A gearbox is a carefully cultured, high-tech product, and its 400 individual parts are all specially produced – right down to the bearings and seals. Naturally, that all has its price: a Formula 1 gearbox, according to expert estimates, costs about 125,000 euros. The reliability of the individual parts varies: while the gear wheels are replaced after every race, the gearbox housing normally lasts for the whole season. The gearbox is fastened on the rear of the engine and connected directly to the carbon-fibre clutch, which costs about 10,000 €, weighs less than 1.5kg and has to withstand temperatures up to 500°C.
|In passenger cars, the strains on the gearbox and clutch are much less extreme, but even so the gearbox technology in particular has developed dynamically in recent years. “The trend towards more gears and automatic transmissions is allowing us to develop efficient engine management with speeds that cause lower fuel consumption,” says Dr. Christoph Lauterwasser from the Allianz Centre for Technology. “Thanks to modern control technology, the transmission and engine management and the brake and stabilisation systems can be networked together. That means greater driving comfort and the possibility of adapting individually to the specific driving conditions. For instance, the shifting points can be varied from sporty to economical or you can engage or disengage the clutch electronically, depending on the driving situation.”|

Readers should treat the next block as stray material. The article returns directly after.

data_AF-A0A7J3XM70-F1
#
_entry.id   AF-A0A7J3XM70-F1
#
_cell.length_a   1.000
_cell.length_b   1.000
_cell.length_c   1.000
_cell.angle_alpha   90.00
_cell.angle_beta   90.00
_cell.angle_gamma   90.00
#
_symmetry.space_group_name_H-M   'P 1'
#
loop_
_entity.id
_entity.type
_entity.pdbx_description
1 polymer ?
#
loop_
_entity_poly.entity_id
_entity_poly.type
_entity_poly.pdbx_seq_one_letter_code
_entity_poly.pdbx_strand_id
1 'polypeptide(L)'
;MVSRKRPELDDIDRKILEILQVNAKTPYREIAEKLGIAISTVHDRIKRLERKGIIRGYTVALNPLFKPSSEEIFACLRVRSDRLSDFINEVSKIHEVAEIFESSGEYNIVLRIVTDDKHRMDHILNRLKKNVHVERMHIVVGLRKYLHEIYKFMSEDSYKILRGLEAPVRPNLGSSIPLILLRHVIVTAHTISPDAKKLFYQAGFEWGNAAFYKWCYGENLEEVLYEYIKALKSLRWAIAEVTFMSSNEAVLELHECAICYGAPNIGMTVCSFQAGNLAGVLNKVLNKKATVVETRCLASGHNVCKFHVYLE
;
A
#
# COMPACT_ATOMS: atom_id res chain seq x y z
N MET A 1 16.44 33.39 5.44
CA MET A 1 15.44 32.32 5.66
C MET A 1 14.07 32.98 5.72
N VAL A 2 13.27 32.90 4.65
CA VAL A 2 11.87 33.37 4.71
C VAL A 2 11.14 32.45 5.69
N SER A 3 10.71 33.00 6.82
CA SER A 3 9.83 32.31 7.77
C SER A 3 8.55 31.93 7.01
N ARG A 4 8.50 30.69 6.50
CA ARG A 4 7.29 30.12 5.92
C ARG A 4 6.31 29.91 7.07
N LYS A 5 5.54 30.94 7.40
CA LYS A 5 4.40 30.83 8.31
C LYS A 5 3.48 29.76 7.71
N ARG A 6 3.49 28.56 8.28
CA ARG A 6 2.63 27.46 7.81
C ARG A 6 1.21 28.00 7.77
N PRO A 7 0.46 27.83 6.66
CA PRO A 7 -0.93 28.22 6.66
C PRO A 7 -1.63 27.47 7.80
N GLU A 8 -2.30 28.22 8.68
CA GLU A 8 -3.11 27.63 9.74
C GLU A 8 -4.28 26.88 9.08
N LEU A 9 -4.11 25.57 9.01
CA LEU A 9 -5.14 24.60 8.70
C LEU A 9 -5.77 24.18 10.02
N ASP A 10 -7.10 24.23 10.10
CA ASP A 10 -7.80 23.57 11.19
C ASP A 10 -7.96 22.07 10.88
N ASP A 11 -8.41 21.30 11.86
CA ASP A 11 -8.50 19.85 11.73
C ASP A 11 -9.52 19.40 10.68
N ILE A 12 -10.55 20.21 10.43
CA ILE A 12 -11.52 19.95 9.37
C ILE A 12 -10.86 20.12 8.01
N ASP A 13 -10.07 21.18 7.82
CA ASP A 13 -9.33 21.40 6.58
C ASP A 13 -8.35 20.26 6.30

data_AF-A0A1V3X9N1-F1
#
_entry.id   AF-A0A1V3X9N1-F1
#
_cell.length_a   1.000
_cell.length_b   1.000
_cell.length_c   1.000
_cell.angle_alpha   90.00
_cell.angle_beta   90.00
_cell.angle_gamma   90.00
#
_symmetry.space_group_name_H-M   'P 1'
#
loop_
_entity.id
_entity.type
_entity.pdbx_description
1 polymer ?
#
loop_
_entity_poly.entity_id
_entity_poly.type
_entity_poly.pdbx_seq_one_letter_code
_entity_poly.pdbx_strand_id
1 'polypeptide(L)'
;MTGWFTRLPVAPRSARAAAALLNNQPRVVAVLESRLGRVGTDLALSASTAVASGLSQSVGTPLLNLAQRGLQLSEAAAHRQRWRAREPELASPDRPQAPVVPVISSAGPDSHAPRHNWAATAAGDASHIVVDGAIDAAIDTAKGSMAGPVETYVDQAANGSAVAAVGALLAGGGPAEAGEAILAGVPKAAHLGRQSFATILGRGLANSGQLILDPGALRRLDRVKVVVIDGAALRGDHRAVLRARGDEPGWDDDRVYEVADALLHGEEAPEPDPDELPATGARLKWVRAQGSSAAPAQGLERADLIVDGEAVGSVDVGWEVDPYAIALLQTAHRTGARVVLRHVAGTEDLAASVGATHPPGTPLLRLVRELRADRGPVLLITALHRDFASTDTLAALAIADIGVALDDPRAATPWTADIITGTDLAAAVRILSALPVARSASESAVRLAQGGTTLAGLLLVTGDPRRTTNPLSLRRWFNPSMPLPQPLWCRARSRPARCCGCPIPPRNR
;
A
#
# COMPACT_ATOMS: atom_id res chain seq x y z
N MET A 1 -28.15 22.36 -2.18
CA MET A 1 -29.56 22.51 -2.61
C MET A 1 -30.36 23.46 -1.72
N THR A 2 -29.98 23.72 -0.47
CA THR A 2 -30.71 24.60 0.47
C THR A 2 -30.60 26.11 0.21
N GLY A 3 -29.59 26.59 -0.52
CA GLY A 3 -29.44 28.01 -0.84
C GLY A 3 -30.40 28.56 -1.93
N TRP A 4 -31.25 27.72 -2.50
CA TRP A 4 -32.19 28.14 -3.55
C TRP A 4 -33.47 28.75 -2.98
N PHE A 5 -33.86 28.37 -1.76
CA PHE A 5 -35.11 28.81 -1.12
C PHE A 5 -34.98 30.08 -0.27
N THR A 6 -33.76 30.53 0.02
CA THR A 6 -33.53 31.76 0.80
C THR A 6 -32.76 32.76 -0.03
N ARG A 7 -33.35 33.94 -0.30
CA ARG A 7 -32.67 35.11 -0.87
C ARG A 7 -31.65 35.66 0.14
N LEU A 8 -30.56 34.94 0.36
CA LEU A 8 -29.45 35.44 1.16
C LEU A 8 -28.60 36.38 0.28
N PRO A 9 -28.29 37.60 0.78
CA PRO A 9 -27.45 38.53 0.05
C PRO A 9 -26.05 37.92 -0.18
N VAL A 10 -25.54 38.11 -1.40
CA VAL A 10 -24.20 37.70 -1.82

In Formula 1, every team builds its own gearbox. The regulations stipulate a minimum of four and maximum of seven forward gears and one reverse gear. The design of the gearbox is closely linked to the aerodynamics of the car. In 2005, the gearboxes had to become smaller because there was less space available due to the new aerodynamics regulations. This year, the change from V10 to V8 engines has allowed the teams to continue on this reduction diet. However, the actual advantage of the new gearboxes is not their smaller size, but their lower weight. After all, every kilogram saved can be used somewhere else in the car to aid its balance.
The designers guard the facts about the size of the weight advantage like a state secret. They do not even disclose the precise weight of the gearbox, which is between 25 and 35kg. The experts only let one small fact slip: nowadays, the gearboxes in Formula 1 are not only about 20 per cent lighter than five years ago, but also much more robust – which makes them safer.
Mark Webber, WilliamsF1 Team driver:
“On the narrow city track of Monaco, which naturally doesn’t have the same high safety standards as other grand prix tracks, you can’t afford even the smallest mistake. There aren’t any real run-off zones, just walls and crash barriers. The eight second drive through the harbour tunnel is particularly critical: the only real full-throttle section in the whole maze of corners. The changes in the light are extreme. At least now they have installed reflectors that guide natural daylight into the tunnel to improve the vision. One small step towards greater safety.”
Thanks to Allianz- Graphics by Allianz